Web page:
RepeatAdNauseum Fri 14-Aug-15 20:55:05

Has your temper ever been physical? Is this recorded anywhere?

What about his drinking? Is that recorded with anyone?

paulapompom Fri 14-Aug-15 20:58:55

Holidays I don't know what's going tohappen but this sounds too stressful for all concerned, especially you during pregnancy. Can you afford some good legal advice? I have heard that there are some knowledgeable posters in the legal thread on here.

Do you definitely want out? If his drinking wasn't in the equation would you feel differently. I think these are questions to mull over, if talk over with friends irl if you can.

Your midwife could be a source of support.

Wish you wellflowers

holidaysareoverated Fri 14-Aug-15 21:05:29

My temper is me shouting and sometimes I've called him names the day after. F'ing bastard etc. I'm not proud of it. This is after he does things like not come home from work when I'm throwing up from norovirus and trying to care for a sick toddler.
People have seen him drunk but his family ( drink problems are rife) make excuses like he is stressed from his job. His friends apparently tell him he is "just like every other bloke".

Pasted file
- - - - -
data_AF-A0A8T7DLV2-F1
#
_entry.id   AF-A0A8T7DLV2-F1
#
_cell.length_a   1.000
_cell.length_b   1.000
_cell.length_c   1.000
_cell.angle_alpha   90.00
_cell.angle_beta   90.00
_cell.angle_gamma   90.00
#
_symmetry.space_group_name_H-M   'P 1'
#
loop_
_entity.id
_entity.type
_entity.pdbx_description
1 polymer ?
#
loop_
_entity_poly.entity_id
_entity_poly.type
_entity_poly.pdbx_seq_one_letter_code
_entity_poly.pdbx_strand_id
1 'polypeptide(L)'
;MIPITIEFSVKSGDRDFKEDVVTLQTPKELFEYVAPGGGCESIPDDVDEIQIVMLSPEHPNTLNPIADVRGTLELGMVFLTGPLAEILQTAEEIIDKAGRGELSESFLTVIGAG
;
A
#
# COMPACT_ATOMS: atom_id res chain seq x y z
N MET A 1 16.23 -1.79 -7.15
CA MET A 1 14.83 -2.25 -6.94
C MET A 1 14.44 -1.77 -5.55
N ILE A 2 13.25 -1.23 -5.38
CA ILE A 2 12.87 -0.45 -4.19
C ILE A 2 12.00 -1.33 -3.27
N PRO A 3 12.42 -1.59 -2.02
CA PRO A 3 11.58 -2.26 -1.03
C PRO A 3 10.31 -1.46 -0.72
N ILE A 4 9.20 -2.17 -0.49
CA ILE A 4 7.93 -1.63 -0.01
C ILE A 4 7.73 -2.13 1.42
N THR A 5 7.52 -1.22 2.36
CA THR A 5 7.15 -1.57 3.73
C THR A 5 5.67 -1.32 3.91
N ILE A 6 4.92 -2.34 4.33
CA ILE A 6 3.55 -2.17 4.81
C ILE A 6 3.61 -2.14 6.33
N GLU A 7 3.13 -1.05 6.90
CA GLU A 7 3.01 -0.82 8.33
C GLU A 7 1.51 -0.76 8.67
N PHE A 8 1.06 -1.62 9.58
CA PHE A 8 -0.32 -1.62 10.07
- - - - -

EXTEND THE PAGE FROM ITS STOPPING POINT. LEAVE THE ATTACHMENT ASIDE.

He did once knock himself unconscious and was abusive to the hospital staff. But it was 5 years ago.
There's nothing really that could be recorded officially. He goes for "one" can't control himself and then stays out. Meanwhile I'm at home thinking its a normal day and expecting him home.
The last 3 times I have been ill he hasn't come home and I've been left to get on with it. Last time I was hospitalised the day after but he " didn't realise I was really ill" so had gone to the pub instead.

holidaysareoverated Fri 14-Aug-15 21:11:07

I want out because drink is in the equation and it won't ever not be.

He won't admit he has a problem. There's excuse after excuse.